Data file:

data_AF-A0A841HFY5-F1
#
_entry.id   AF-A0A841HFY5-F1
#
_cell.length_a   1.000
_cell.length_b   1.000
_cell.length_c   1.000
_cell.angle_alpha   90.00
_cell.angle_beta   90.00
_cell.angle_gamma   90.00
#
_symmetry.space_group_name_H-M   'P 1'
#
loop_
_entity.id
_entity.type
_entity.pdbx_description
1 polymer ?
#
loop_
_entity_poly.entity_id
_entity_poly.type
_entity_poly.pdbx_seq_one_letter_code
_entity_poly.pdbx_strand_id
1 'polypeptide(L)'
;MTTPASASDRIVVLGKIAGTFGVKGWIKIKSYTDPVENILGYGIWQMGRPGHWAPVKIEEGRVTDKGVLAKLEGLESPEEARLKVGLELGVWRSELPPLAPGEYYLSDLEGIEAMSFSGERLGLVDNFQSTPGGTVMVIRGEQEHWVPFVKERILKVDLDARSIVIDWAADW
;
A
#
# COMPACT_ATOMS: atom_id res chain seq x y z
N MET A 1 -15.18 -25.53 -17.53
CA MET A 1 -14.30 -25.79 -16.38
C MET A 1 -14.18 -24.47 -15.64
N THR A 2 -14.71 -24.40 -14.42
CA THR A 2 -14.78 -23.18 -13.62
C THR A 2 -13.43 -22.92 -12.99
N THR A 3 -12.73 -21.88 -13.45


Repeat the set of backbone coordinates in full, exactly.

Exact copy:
data_AF-A0A841HFY5-F1
#
_entry.id   AF-A0A841HFY5-F1
#
_cell.length_a   1.000
_cell.length_b   1.000
_cell.length_c   1.000
_cell.angle_alpha   90.00
_cell.angle_beta   90.00
_cell.angle_gamma   90.00
#
_symmetry.space_group_name_H-M   'P 1'
#
loop_
_entity.id
_entity.type
_entity.pdbx_description
1 polymer ?
#
loop_
_entity_poly.entity_id
_entity_poly.type
_entity_poly.pdbx_seq_one_letter_code
_entity_poly.pdbx_strand_id
1 'polypeptide(L)'
;MTTPASASDRIVVLGKIAGTFGVKGWIKIKSYTDPVENILGYGIWQMGRPGHWAPVKIEEGRVTDKGVLAKLEGLESPEEARLKVGLELGVWRSELPPLAPGEYYLSDLEGIEAMSFSGERLGLVDNFQSTPGGTVMVIRGEQEHWVPFVKERILKVDLDARSIVIDWAADW
;
A
#
# COMPACT_ATOMS: atom_id res chain seq x y z
N MET A 1 -15.18 -25.53 -17.53
CA MET A 1 -14.30 -25.79 -16.38
C MET A 1 -14.18 -24.47 -15.64
N THR A 2 -14.71 -24.40 -14.42
CA THR A 2 -14.78 -23.18 -13.62
C THR A 2 -13.43 -22.92 -12.99
N THR A 3 -12.73 -21.88 -13.45